Sun Screen 2.0

Ottawa Magazine - - This City - BY JOSEPH MATHIEU

ON THE FIRST DAY, THERE WAS LIGHT, AND IT WAS GOOD. Many days later came sun­screen, and it was safer. Now, with the UV Scan, we are en­light­ened.

The World Health Or­ga­ni­za­tion iden­ti­fies ul­tra­vi­o­let rays as a hu­man car­cino­gen — that is, an agent that causes can­cer in hu­mans. A new de­vice de­signed in Ot­tawa will ed­u­cate peo­ple on how to pro­tect their skin from these rays.

Cre­ated by Zoe Doucette, a fourth-year stu­dent in Car­leton Univer­sity’s in­dus­trial de­sign pro­gram, the de­vice helps out­door rev­ellers bet­ter ap­ply sun­screen by scan­ning their body as sun­screen is ap­plied. A cam­era re­lays in­for­ma­tion to a mon­i­tor, which re­veals what parts of the body are pro­tected by sun­screen — and, more im­por­tantly, what parts are not. Ar­eas pro­tected from UV rays ap­pear black on the mon­i­tor.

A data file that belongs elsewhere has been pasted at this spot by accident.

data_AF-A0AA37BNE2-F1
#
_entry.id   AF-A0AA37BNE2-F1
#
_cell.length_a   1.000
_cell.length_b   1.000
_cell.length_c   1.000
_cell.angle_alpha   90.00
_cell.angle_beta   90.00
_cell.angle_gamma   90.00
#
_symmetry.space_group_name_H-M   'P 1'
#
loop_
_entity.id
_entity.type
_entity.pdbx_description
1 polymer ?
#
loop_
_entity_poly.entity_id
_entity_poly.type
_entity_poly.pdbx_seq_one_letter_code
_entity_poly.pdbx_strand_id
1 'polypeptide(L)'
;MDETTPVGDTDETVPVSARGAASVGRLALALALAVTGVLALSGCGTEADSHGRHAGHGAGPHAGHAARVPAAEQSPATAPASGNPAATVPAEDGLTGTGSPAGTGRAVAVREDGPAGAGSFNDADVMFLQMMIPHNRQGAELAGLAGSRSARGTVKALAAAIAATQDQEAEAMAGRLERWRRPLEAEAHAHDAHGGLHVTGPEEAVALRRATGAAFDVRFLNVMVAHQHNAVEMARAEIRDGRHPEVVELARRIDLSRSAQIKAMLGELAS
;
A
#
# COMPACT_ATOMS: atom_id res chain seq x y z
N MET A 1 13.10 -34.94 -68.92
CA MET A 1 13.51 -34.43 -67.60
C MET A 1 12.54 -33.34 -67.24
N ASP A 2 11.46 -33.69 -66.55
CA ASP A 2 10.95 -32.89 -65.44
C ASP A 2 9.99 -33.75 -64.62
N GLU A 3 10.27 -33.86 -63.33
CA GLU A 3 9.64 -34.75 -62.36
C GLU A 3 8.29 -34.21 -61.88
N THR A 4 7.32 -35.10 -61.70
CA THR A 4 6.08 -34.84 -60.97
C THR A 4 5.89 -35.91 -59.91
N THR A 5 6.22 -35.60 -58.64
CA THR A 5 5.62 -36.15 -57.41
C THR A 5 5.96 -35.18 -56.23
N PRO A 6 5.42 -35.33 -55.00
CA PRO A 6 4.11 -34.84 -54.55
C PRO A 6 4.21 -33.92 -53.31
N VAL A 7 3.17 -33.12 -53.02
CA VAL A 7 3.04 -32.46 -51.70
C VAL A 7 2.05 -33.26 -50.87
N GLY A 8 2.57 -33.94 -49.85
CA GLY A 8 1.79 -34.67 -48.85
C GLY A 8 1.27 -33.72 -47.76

“In my re­search, I found that when peo­ple started to un­der­stand UV rays, they took more pre­cau­tions with sun­screen,” says Doucette, who hopes to see the de­vice at beaches and parks.

Doucette says her UV Scan was inspired by a 2014 video by Amer­i­can artist and film­maker Thomas Leveritt called How the Sun Sees You, which shows peo­ple’s re­ac­tions when shown what their skin looks like in ul­tra­vi­o­let light. (Spoiler alert: it isn’t pretty.)

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